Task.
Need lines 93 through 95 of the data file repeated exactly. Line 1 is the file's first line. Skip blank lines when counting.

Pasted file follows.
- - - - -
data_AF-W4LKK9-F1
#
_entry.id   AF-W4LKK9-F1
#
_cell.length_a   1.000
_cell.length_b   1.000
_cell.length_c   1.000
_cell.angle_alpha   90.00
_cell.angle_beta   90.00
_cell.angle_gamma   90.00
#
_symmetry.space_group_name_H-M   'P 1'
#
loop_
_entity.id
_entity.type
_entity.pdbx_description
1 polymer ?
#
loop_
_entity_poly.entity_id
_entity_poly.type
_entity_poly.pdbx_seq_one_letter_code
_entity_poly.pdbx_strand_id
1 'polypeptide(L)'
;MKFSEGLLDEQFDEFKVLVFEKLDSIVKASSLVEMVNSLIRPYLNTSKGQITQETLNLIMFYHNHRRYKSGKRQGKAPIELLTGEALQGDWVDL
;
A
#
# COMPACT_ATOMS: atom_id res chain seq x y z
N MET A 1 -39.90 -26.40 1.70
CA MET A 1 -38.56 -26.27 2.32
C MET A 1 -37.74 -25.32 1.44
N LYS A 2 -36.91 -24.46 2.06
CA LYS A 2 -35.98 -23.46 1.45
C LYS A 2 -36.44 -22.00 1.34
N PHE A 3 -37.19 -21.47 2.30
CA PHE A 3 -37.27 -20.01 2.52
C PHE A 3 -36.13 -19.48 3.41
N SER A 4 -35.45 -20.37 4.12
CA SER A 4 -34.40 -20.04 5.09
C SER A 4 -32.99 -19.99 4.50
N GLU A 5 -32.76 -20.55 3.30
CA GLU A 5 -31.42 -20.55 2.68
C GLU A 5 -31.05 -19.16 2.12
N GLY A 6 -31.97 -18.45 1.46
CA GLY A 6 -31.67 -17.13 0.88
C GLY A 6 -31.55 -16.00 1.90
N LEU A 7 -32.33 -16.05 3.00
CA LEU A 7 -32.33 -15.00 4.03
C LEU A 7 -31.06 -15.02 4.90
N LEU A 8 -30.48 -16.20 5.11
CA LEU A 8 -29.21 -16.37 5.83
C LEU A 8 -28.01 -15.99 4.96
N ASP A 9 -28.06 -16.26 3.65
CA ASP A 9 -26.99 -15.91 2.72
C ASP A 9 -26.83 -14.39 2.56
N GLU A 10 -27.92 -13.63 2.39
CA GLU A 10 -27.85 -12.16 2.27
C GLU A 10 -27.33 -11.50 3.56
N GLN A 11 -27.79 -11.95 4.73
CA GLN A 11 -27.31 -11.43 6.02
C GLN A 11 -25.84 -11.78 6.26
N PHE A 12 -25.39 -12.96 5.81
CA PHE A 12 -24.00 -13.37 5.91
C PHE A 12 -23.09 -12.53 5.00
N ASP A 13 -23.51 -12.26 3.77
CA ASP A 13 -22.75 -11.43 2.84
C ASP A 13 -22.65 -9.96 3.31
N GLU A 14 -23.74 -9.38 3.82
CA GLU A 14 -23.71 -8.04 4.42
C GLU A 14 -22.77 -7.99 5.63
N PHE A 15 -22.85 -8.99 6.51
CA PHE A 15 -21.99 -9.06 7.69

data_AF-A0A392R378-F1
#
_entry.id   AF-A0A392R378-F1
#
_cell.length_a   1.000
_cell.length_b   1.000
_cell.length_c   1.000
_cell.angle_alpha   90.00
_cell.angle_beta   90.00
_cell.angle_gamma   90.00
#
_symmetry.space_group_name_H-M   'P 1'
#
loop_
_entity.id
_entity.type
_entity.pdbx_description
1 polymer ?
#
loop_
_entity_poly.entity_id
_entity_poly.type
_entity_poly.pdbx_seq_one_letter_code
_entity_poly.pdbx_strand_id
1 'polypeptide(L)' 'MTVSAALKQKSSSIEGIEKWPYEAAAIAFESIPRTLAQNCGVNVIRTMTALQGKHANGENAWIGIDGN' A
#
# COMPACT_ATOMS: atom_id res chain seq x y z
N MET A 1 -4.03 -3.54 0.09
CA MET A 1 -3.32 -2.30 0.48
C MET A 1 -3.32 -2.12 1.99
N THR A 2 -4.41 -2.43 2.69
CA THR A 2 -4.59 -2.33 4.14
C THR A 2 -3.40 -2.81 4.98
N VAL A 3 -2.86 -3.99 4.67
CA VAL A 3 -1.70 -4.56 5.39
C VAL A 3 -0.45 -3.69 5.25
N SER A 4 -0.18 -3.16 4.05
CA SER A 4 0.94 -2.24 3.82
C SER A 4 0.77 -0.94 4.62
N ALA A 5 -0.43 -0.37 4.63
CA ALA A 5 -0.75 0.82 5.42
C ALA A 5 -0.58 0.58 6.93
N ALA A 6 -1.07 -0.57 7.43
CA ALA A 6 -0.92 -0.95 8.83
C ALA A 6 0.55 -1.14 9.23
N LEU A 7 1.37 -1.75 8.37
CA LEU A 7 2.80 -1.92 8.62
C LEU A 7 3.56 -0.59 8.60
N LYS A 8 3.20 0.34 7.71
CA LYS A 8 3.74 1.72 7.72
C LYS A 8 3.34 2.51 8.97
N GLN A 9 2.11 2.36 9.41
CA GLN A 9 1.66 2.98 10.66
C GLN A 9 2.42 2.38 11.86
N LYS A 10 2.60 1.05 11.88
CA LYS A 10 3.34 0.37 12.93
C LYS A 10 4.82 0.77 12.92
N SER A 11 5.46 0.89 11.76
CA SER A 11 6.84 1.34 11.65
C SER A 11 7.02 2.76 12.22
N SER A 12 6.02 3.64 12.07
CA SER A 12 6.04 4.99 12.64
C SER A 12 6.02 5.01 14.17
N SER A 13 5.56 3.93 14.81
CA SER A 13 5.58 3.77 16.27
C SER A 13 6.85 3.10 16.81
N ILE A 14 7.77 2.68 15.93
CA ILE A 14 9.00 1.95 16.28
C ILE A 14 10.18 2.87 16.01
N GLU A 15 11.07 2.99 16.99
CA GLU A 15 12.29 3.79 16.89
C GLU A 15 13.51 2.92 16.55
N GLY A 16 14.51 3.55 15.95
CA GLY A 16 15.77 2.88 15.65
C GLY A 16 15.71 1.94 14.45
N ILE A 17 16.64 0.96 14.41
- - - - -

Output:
#
loop_
_entity_poly.entity_id